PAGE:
How to do a snap shot survey (easy data collection in a community setting)
It’s easy to do a snap-shot survey using the tools we all have lying around – butchers’ paper, whiteboards and Post-it notes.
This How to came from the Neighbourhood House network, using “feeling safe in your community” as an example of a priority outcomes area that some Neighbourhood Houses might be working towards. Neighbourhood Houses provide programs which give people skills and information to help them participate in their communities, build resilience and confidence to manage challenges, and ultimately contribute to communities that are strong, connected and developing. The Houses need to know if the programs are working. Do people increase their skills and knowledge?
Here’s a step by step guide to an idea the Houses developed called “The Post-it Note Snap Shot Survey’. Here it is used to find out if their Feeling Safer sessions were helping people increase their skills and knowledge.
Work out your questions
Work out the question(s) you will ask – match the questions to the Outcomes measures you have selected when planning for outcomes reporting.
Prepare your survey
On a whiteboard or butchers paper (flip-file or similar), write the questions down with a Likert scale or Yes / No option.
Make sure you let everyone know
Let participants / community members know about the survey, and the purpose of it (that is, to enable us to know if we are getting it right and making a difference)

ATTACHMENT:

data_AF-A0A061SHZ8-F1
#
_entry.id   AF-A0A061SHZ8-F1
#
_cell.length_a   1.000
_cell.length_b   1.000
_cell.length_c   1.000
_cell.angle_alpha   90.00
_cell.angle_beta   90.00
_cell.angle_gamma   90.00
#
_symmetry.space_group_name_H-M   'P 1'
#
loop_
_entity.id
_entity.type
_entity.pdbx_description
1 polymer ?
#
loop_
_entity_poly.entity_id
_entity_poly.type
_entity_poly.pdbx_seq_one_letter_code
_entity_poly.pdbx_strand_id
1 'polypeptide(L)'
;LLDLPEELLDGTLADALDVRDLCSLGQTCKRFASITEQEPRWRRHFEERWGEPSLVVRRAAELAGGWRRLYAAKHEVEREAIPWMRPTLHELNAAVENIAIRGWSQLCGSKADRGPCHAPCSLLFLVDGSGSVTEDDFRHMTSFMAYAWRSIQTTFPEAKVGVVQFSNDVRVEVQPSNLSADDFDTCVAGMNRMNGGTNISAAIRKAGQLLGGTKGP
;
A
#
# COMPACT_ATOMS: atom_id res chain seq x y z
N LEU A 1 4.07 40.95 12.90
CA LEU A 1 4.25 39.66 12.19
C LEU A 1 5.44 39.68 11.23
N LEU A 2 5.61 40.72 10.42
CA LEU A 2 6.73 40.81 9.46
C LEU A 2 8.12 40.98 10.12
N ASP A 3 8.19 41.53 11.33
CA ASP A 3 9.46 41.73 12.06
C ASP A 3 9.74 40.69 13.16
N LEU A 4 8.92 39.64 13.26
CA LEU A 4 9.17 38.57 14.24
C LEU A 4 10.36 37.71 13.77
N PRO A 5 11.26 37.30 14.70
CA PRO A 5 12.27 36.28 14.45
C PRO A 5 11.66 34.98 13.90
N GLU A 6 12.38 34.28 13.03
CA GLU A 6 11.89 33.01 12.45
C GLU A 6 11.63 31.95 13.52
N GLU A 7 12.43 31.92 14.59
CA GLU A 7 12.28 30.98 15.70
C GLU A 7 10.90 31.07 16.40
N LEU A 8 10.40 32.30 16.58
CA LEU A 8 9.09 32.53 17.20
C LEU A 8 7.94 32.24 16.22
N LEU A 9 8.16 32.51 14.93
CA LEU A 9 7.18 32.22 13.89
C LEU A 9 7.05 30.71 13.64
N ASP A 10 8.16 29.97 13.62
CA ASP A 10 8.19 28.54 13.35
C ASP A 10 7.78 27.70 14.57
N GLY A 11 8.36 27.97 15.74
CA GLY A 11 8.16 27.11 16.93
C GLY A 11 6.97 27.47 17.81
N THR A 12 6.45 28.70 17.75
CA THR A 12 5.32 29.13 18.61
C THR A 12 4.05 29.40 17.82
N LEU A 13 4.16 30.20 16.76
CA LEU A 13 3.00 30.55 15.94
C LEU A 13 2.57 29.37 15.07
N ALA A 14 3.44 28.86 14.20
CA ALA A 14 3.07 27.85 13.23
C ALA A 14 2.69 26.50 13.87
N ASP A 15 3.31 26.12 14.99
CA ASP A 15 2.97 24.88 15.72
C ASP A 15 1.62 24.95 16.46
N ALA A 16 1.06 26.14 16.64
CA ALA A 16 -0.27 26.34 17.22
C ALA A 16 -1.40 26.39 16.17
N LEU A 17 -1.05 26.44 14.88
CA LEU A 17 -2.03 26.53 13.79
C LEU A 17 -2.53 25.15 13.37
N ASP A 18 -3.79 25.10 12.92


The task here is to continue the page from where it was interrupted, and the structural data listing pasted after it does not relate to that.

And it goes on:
You can display it at the last session of a program, OR in an area that participants/community members can access it – eg near the community garden, if the garden features in the outcomes area you have selected as a priority.
Collect your information
Provide a post-it note for participants for each question and ask them to stick their note against their response.
Collect extra comments
Give an option for comments to be added to the post-it notes.
Store your data
When you’re done, take a photo for future analysis. And keep the post it notes in an envelope marked with the question people are answering and the date you collected the information.
Analyse your data
Here is an example of how to do it:
- 18 people responded to a snap-shot survey about the Feeling Safer sessions held at the House in 2015.
- 13 / 72% stated that they felt they had improved their knowledge and skills around community safety as a result of participating in the sessions.
- Participants stated that benefits of the sessions included facilitating links between older and younger community members, being able to hear some useful information provided by Tasmania Police.
Each question might look like this:
This How to was developed through a Neighbourhood Houses Outcomes Reference Group when looking for easy ways to capture information about outcomes. Jo White, Project Coordinator, Neighbourhood Houses Tasmania, helped with the words. Jo is supporting the Thriving Communities, Healthy Families project and is working with the Houses to develop and implement an Outcomes Measurement and Reporting Plan.